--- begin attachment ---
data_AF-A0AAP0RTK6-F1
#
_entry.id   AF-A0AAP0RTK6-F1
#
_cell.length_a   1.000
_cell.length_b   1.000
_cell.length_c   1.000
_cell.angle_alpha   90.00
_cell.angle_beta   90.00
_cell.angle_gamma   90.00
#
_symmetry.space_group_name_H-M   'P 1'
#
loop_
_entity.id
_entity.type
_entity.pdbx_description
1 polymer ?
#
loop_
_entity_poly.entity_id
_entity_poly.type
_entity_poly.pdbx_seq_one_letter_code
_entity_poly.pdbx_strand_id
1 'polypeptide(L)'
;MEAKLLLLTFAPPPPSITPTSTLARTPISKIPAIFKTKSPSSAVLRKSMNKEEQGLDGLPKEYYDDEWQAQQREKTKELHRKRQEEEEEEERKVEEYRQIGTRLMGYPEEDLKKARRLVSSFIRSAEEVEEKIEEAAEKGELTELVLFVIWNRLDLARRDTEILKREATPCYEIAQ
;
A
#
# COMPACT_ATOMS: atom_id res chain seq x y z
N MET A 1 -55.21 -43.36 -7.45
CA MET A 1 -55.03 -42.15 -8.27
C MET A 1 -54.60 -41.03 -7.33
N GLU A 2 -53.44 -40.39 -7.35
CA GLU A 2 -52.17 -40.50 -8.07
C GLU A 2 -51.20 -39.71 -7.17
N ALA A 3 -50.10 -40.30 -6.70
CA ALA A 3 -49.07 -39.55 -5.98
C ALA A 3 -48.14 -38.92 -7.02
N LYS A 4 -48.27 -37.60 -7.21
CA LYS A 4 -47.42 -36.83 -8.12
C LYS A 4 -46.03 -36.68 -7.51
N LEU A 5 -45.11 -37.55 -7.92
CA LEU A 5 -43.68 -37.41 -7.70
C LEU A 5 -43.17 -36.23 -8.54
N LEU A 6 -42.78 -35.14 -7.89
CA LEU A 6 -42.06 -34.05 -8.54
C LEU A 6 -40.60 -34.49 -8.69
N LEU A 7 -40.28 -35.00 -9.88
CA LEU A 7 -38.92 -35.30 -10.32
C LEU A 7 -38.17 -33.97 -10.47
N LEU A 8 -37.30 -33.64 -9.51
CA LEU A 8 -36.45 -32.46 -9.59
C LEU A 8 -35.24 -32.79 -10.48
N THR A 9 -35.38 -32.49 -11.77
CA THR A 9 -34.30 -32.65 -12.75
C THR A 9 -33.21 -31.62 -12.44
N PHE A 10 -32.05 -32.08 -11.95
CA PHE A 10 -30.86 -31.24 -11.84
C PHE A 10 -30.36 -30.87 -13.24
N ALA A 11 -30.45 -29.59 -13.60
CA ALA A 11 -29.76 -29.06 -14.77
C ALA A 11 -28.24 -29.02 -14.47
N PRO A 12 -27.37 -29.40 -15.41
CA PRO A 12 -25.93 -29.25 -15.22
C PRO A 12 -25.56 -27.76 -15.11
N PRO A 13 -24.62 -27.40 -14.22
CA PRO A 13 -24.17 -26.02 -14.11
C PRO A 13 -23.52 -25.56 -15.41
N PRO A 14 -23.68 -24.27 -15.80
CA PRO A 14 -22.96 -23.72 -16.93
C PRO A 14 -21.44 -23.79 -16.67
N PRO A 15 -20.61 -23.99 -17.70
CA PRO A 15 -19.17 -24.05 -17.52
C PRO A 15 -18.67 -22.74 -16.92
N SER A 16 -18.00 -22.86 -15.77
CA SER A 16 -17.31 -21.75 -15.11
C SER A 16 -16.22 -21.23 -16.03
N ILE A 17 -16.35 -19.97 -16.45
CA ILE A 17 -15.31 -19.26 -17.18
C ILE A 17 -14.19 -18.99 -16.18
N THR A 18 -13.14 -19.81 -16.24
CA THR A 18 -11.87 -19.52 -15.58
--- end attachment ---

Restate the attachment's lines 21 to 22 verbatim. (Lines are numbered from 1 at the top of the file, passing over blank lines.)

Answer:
_entity_poly.entity_id
_entity_poly.type